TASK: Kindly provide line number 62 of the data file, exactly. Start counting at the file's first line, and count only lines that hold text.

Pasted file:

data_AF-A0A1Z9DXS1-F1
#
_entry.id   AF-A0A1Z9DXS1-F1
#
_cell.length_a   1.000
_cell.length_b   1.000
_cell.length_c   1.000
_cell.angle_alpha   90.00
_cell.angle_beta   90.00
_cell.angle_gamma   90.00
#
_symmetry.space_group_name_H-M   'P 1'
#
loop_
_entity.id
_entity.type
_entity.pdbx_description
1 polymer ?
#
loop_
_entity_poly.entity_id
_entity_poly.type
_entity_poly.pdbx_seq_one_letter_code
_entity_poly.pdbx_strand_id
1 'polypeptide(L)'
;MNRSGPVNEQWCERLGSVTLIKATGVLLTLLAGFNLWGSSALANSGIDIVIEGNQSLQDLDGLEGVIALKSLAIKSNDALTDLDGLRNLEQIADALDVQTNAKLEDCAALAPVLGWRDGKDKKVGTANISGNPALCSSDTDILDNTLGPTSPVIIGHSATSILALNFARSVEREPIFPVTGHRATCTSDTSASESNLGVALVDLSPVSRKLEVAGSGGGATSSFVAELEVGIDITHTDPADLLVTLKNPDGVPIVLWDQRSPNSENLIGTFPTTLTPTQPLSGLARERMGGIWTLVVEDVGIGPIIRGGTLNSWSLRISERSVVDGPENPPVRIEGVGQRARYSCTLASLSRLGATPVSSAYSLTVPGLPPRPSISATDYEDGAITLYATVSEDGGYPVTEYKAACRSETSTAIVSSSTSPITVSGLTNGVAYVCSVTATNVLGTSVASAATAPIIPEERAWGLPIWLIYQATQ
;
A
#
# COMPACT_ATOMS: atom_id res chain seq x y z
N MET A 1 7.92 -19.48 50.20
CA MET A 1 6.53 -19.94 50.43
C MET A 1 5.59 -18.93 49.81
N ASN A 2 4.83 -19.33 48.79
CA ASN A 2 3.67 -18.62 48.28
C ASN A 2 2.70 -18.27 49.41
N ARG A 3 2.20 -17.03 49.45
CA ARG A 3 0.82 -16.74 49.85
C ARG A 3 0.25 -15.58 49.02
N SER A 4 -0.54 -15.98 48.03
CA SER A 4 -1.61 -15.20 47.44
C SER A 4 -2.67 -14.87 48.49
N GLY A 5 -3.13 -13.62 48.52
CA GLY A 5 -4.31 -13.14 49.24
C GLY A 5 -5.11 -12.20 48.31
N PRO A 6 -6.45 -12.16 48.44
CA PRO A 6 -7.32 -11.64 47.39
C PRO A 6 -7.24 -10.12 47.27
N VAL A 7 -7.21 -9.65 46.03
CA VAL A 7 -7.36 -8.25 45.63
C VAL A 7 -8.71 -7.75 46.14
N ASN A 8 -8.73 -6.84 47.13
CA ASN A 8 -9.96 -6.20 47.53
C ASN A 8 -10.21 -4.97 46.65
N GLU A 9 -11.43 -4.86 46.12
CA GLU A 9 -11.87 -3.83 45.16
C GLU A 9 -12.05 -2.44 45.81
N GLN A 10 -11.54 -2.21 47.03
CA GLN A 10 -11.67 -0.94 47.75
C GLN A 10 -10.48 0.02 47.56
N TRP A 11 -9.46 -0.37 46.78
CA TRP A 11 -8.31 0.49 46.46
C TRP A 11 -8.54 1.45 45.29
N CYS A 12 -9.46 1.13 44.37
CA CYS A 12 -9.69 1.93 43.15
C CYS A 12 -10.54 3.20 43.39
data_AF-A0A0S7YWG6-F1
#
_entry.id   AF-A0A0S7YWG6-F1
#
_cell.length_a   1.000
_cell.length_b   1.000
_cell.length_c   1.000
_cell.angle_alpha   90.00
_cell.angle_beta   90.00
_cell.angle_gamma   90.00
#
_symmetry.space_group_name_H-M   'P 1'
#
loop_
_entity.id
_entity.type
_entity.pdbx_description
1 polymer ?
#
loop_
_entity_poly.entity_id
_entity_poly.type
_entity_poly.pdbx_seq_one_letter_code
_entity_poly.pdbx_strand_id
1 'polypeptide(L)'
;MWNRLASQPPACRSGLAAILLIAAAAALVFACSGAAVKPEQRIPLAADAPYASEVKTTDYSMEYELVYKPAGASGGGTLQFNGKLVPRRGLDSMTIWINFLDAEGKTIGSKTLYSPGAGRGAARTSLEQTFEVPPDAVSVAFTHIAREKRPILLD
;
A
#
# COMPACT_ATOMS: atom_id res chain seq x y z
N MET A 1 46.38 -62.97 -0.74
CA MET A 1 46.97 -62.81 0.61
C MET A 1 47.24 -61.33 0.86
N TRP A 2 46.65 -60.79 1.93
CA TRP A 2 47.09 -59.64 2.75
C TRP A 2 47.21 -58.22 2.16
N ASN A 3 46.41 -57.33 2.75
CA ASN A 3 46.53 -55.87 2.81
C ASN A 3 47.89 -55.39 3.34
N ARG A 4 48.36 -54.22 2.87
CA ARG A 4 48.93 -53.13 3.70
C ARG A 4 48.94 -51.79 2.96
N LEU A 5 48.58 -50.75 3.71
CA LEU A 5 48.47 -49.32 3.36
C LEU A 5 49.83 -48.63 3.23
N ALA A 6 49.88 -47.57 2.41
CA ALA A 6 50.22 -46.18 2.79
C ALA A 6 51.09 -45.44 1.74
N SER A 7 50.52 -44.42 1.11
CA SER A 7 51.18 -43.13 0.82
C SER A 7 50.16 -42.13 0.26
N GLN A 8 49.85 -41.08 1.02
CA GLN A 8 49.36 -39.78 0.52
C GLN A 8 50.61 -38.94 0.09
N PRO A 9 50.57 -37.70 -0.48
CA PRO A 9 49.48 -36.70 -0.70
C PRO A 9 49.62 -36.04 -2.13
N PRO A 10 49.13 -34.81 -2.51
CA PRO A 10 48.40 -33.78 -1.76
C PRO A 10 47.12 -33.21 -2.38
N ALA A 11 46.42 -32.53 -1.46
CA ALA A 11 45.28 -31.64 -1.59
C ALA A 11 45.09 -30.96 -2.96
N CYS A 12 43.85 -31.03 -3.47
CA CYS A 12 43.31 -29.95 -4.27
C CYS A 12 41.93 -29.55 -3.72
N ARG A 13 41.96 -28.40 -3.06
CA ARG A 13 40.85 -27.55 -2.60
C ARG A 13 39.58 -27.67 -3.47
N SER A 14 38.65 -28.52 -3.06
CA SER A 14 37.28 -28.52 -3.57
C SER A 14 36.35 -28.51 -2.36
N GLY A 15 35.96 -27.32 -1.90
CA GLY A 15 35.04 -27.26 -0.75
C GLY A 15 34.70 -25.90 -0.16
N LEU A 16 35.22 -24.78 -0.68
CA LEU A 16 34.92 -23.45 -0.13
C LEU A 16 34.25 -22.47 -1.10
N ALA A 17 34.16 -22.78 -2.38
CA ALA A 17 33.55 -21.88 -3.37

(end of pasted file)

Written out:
CA TRP A 11 -8.31 0.49 46.46